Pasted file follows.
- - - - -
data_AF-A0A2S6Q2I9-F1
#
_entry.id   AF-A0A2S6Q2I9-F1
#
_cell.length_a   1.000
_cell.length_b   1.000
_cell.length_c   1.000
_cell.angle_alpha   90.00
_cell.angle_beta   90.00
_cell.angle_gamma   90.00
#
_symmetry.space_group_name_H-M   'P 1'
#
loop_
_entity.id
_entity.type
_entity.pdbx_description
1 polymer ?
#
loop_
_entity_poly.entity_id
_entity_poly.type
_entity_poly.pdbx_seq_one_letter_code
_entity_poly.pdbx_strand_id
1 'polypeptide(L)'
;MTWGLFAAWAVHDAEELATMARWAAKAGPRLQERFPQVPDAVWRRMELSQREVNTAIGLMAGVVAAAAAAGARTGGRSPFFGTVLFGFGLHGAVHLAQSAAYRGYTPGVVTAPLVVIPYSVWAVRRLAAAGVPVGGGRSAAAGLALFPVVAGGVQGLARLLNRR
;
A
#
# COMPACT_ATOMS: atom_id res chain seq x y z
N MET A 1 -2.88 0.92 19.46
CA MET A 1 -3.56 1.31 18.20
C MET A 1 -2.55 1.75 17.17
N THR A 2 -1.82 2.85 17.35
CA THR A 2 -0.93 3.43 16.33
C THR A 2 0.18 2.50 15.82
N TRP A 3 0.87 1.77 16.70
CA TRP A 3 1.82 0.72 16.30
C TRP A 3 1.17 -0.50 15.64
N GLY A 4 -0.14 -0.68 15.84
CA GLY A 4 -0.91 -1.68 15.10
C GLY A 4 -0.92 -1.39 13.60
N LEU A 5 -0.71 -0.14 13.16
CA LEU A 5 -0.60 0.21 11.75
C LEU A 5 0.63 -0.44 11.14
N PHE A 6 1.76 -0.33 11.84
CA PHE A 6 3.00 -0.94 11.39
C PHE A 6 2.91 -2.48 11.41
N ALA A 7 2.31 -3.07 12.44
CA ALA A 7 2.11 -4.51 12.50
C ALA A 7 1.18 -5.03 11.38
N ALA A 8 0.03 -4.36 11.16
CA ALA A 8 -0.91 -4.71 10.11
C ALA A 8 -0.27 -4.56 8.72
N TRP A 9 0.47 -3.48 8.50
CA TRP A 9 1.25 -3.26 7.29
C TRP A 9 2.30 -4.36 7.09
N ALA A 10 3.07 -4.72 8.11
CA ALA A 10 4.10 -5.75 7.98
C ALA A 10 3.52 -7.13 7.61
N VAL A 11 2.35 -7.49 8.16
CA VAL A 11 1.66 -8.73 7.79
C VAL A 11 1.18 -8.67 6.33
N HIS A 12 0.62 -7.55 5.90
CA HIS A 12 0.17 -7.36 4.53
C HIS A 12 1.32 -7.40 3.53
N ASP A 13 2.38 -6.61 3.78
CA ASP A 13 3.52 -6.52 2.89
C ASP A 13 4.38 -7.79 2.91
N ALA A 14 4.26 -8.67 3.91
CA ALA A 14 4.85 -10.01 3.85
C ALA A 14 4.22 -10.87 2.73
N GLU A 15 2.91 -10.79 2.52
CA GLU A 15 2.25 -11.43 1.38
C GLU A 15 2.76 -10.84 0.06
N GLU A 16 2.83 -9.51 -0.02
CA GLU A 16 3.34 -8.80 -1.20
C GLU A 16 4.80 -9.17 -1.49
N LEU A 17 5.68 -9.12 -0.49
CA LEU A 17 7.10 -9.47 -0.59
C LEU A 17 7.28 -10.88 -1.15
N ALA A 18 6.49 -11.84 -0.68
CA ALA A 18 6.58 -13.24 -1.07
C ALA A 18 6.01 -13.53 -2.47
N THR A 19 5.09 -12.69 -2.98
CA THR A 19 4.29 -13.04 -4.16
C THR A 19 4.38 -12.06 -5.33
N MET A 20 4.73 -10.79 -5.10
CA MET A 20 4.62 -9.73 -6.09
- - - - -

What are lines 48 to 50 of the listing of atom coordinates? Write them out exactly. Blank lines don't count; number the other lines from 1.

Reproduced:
C PHE A 6 2.91 -2.48 11.41
N ALA A 7 2.31 -3.07 12.44
CA ALA A 7 2.11 -4.51 12.50